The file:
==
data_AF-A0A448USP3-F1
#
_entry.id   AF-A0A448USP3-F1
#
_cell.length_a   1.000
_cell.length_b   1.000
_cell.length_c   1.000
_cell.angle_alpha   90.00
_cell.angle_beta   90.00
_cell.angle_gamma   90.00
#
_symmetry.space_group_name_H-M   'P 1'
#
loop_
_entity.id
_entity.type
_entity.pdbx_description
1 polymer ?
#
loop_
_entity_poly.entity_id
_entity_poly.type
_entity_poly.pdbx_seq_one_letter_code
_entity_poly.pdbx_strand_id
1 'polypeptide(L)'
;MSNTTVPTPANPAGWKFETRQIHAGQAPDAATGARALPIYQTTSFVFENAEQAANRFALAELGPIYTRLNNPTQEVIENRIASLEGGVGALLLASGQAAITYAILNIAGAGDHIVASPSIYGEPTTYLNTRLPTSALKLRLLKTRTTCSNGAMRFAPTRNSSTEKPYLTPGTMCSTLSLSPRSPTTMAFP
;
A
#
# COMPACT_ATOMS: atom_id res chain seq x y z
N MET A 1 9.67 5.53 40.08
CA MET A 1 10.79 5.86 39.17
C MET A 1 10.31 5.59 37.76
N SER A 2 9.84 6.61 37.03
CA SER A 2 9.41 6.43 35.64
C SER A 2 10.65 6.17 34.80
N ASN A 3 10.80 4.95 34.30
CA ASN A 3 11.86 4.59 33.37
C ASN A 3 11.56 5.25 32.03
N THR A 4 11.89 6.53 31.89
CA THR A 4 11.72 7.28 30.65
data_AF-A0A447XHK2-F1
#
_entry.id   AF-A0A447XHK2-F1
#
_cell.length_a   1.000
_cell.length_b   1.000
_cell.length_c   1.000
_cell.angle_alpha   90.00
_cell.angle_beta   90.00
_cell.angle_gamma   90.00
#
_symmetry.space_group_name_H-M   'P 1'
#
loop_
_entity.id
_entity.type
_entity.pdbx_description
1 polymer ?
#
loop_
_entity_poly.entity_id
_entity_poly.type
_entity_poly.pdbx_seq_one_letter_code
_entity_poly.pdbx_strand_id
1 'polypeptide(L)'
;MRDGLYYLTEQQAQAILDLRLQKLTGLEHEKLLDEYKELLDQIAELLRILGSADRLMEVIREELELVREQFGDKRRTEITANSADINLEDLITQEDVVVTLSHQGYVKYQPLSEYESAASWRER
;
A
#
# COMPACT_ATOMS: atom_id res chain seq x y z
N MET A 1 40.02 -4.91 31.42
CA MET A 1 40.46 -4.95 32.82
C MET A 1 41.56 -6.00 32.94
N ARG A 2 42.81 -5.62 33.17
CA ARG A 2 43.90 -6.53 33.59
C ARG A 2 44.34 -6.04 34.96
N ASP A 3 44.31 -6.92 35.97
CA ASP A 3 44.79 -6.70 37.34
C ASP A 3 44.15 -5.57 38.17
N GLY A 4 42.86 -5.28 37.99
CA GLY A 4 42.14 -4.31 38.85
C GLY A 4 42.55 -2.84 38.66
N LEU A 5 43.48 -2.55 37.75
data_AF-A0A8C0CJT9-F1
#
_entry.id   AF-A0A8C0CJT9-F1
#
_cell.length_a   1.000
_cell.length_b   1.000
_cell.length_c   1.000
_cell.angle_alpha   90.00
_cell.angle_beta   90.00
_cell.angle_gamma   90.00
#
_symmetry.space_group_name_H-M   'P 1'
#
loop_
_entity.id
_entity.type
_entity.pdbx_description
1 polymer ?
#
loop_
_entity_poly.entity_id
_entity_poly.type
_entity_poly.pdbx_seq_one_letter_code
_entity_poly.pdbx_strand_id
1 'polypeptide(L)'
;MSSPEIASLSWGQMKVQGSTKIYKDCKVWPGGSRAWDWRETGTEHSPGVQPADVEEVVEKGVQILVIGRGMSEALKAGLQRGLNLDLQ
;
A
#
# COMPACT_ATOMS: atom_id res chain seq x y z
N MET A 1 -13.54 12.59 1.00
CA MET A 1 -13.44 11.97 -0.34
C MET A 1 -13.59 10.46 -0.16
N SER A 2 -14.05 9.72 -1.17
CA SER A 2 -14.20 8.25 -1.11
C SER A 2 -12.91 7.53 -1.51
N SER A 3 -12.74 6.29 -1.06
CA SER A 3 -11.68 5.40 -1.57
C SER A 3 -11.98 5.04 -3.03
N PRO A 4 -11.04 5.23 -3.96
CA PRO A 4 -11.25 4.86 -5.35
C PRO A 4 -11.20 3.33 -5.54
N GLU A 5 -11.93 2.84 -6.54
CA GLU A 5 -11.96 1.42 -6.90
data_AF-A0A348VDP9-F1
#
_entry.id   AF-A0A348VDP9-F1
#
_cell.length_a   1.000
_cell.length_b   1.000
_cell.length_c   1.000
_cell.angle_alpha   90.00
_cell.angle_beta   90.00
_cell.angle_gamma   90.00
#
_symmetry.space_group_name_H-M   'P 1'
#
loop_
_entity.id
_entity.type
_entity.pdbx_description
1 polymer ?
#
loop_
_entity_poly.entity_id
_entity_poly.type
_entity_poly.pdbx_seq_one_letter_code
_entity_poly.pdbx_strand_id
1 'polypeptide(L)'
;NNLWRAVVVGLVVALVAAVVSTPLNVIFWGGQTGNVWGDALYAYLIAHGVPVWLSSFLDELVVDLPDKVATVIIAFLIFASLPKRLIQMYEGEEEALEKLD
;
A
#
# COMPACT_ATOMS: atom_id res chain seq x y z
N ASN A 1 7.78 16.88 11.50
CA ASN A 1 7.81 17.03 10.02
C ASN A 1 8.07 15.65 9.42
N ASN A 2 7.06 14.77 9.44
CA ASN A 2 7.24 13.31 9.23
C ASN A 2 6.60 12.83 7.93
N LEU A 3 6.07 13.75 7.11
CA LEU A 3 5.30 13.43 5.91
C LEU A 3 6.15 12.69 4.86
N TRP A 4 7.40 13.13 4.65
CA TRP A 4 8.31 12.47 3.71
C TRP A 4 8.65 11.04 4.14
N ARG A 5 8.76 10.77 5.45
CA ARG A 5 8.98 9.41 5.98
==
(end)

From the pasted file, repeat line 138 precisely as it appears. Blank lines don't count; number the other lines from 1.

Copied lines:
_cell.angle_gamma   90.00